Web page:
Master doll fixer finally finds his apprentice
By Amy Remeikis
Jan. 13, 2013,
The Brisbane Doll and Teddy Hospital has been restoring treasured companions and playmates since the early 1940s.
George Georgiou, 65, has been running the business since 1977.
He is among the best at what he does, but as age has begun to wear on his own joints and other moving parts, the doll doctor has had to consider the future - his own, and that of his loyal clients.
Enter Laki Augustakis.
The 49-year-old had known Mr Georgiou for years, first through soccer and neighbourhood activities and then through his frequent visits to the iconic South Brisbane store delivering food.
“A friend of mine passed away and all my customers were worried about what was going to happen if I wasn’t here to look after their dolls,” Mr Georgiou said.
“And Laki used to deliver stuff to me every week and he was fascinated in what I did.
"He looked interested so I showed him a few things, just a couple of minutes a day when he would deliver and he seemed quite taken with it - and the rest is history.”
Mr Augustakis tells it a little differently.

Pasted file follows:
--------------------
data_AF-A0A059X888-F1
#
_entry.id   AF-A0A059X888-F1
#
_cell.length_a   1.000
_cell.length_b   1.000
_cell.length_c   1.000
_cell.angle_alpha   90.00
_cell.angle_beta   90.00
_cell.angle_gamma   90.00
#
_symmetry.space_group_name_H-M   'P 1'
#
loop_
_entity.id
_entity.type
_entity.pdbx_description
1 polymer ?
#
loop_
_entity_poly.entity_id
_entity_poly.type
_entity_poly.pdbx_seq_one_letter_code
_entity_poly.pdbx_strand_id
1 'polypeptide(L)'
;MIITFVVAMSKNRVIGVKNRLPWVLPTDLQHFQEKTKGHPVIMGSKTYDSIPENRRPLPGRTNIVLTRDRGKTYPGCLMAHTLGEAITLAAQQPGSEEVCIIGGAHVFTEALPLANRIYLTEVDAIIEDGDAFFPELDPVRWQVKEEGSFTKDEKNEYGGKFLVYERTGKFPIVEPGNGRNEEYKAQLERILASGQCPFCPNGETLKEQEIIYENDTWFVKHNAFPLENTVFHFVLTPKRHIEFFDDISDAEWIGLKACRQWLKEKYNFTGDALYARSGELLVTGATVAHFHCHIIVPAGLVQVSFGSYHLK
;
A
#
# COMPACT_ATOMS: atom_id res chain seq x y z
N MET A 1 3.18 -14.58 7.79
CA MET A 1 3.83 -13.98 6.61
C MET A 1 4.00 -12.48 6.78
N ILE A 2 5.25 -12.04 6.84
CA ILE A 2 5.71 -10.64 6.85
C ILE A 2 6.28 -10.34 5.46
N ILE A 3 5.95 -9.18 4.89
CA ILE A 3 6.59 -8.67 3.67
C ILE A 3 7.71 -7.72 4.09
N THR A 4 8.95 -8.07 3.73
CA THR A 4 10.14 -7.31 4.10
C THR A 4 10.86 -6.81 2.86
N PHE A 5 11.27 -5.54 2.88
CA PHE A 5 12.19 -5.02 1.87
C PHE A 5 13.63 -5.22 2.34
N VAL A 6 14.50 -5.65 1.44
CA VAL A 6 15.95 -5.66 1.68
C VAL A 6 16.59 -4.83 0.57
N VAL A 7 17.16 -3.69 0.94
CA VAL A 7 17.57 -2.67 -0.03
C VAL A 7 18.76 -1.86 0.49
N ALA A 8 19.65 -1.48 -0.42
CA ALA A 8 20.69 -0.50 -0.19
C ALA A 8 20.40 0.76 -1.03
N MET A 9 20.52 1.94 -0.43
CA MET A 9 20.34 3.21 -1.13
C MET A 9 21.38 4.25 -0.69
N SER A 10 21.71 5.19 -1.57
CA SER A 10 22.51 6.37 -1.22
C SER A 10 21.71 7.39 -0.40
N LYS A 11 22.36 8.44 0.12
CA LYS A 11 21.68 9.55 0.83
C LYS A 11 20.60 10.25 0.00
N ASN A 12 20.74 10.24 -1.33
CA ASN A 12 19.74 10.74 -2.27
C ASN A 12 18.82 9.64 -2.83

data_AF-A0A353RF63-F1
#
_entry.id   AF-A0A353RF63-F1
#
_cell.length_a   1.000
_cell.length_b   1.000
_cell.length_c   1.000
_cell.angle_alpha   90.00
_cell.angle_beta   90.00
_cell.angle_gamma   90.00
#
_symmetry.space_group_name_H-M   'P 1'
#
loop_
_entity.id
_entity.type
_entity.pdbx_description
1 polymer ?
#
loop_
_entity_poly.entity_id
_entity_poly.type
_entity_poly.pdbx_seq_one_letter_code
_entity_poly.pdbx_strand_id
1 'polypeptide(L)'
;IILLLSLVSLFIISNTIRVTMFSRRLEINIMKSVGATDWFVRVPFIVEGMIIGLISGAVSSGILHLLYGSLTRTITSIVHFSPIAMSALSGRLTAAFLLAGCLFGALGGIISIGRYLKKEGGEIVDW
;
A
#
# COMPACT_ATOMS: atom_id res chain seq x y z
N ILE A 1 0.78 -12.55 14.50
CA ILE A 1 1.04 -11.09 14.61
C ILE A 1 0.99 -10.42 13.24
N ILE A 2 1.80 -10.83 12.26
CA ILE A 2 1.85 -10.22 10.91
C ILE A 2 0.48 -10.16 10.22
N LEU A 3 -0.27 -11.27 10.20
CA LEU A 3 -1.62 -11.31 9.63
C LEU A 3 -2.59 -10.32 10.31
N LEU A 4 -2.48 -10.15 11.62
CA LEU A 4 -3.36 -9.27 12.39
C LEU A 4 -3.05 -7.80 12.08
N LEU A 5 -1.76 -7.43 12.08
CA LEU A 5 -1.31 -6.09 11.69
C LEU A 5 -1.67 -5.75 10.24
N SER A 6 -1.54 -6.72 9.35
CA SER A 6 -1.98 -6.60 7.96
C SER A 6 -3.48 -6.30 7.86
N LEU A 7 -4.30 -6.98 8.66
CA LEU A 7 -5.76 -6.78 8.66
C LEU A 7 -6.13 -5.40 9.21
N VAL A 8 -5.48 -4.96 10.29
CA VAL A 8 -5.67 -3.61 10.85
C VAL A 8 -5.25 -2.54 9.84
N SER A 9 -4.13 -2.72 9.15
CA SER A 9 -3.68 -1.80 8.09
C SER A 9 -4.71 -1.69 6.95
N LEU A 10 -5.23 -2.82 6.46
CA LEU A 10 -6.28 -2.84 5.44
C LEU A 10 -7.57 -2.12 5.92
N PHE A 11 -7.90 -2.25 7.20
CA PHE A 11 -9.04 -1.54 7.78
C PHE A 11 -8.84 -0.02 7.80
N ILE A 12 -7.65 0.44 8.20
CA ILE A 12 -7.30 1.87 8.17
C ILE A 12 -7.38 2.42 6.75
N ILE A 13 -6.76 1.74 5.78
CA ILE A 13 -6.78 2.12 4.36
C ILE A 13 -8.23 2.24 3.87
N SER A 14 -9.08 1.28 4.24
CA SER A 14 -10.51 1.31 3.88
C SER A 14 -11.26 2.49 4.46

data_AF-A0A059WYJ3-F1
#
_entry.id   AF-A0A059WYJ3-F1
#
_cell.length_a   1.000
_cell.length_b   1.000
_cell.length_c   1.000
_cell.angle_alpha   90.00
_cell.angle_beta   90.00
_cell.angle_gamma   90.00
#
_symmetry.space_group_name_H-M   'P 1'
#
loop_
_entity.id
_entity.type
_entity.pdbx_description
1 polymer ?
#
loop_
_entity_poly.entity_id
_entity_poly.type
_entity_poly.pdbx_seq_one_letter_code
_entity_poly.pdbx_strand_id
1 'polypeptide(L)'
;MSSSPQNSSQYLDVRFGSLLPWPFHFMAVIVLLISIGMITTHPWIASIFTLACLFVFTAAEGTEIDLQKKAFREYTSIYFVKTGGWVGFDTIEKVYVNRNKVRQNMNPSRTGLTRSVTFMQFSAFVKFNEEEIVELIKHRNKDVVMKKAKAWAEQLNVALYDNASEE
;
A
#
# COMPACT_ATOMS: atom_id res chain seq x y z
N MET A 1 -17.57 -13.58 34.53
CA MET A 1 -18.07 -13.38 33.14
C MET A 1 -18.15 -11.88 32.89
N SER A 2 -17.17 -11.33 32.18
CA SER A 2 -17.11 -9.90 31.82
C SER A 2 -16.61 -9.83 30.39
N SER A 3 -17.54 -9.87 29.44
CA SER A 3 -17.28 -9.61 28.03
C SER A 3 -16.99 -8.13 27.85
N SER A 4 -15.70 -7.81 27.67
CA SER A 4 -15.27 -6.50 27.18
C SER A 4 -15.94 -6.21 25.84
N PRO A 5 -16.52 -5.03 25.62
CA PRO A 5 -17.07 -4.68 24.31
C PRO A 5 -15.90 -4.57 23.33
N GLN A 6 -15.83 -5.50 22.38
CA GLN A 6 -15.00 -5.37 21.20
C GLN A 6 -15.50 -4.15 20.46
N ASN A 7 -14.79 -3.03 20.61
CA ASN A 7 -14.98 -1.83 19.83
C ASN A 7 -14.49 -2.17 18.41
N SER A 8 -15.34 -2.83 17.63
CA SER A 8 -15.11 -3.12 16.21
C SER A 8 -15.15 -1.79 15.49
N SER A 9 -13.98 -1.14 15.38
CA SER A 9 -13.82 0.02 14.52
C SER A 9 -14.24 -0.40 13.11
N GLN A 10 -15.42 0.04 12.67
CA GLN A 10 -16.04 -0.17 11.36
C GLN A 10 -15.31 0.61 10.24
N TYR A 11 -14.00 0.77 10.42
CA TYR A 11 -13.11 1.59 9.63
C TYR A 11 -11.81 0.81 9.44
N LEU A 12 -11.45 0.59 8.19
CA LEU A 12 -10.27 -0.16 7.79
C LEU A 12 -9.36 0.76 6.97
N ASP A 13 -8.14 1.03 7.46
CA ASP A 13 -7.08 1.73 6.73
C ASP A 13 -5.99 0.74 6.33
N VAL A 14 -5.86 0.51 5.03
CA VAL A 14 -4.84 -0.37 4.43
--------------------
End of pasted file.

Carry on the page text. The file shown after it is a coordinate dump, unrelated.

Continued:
“One day he said he was ‘busy, busy, busy’ and could I help him, because I had a background in construction. I didn’t know what I could do, but I said yes and one day led to another day to another day and here we are,” he said.
“My friends are stirring me up now asking me how my dolls are today. It’s not a career I would have thought of, but life throws these things at you and you should grab them with both hands. There is never a dull moment here.
"You’re always doing something different. The best thing is when you hand the doll back and you someone’s eyes light up.
"You hear a story about a doll and how much it means to a person and when they get it back, the thing that they love is back with them. It’s always a happy moment.”
If there were further proof needed that Mr Augustakis had fallen into the job he’d been waiting for, he’s never found a doll even remotely creepy.... except for maybe the lifelike newborn dolls.
“There are so many dolls heads and parts around that you start to get a bit blasé about the creepiness of it...but if they ever talk to me, it’s time to go,” he laughed.
Mr Georgiou said finding the right person to teach the craft was difficult – it wasn’t just about skills, he was looking for a certain attitude, a special spark - the same passion he himself feels for the job.
And as much as the pair enjoys stirring each other up and poking fun, theirs is a relationship of mutual respect, Mr Georgiou said.
Although, Mr Augustakis shouldn’t expect to find himself alone in the store anytime soon.
“He has a long way to go before he takes over,” Mr Georgiou said.
“A long, long way to go.”
However, it seems the master has finally found his apprentice.